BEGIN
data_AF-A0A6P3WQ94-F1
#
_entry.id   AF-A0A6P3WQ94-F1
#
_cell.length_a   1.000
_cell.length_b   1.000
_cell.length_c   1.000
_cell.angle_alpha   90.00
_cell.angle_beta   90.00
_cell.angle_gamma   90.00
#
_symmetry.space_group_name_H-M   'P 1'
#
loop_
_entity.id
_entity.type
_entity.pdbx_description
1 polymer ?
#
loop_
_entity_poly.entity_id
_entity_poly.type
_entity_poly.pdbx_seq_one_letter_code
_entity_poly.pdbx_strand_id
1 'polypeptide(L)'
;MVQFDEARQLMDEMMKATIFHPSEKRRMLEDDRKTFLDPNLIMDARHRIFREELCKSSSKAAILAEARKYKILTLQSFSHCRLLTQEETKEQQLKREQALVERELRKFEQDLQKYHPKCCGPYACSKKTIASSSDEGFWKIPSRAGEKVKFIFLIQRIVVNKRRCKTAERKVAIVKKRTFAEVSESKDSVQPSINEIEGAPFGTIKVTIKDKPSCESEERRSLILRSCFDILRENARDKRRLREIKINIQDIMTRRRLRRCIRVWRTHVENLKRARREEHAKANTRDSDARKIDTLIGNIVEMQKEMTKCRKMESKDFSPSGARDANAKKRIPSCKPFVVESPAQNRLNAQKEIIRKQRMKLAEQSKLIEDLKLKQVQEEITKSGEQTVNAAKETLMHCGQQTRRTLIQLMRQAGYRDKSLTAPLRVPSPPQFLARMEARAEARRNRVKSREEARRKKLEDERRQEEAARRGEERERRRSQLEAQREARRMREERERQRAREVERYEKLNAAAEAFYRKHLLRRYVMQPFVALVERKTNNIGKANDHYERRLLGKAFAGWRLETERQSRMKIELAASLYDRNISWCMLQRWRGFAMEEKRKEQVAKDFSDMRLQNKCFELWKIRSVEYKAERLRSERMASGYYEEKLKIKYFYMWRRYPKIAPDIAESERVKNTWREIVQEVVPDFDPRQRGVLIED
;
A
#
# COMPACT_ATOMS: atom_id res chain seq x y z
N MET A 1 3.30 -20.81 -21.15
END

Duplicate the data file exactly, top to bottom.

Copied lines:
data_AF-A0A6P3WQ94-F1
#
_entry.id   AF-A0A6P3WQ94-F1
#
_cell.length_a   1.000
_cell.length_b   1.000
_cell.length_c   1.000
_cell.angle_alpha   90.00
_cell.angle_beta   90.00
_cell.angle_gamma   90.00
#
_symmetry.space_group_name_H-M   'P 1'
#
loop_
_entity.id
_entity.type
_entity.pdbx_description
1 polymer ?
#
loop_
_entity_poly.entity_id
_entity_poly.type
_entity_poly.pdbx_seq_one_letter_code
_entity_poly.pdbx_strand_id
1 'polypeptide(L)'
;MVQFDEARQLMDEMMKATIFHPSEKRRMLEDDRKTFLDPNLIMDARHRIFREELCKSSSKAAILAEARKYKILTLQSFSHCRLLTQEETKEQQLKREQALVERELRKFEQDLQKYHPKCCGPYACSKKTIASSSDEGFWKIPSRAGEKVKFIFLIQRIVVNKRRCKTAERKVAIVKKRTFAEVSESKDSVQPSINEIEGAPFGTIKVTIKDKPSCESEERRSLILRSCFDILRENARDKRRLREIKINIQDIMTRRRLRRCIRVWRTHVENLKRARREEHAKANTRDSDARKIDTLIGNIVEMQKEMTKCRKMESKDFSPSGARDANAKKRIPSCKPFVVESPAQNRLNAQKEIIRKQRMKLAEQSKLIEDLKLKQVQEEITKSGEQTVNAAKETLMHCGQQTRRTLIQLMRQAGYRDKSLTAPLRVPSPPQFLARMEARAEARRNRVKSREEARRKKLEDERRQEEAARRGEERERRRSQLEAQREARRMREERERQRAREVERYEKLNAAAEAFYRKHLLRRYVMQPFVALVERKTNNIGKANDHYERRLLGKAFAGWRLETERQSRMKIELAASLYDRNISWCMLQRWRGFAMEEKRKEQVAKDFSDMRLQNKCFELWKIRSVEYKAERLRSERMASGYYEEKLKIKYFYMWRRYPKIAPDIAESERVKNTWREIVQEVVPDFDPRQRGVLIED
;
A
#
# COMPACT_ATOMS: atom_id res chain seq x y z
N MET A 1 3.30 -20.81 -21.15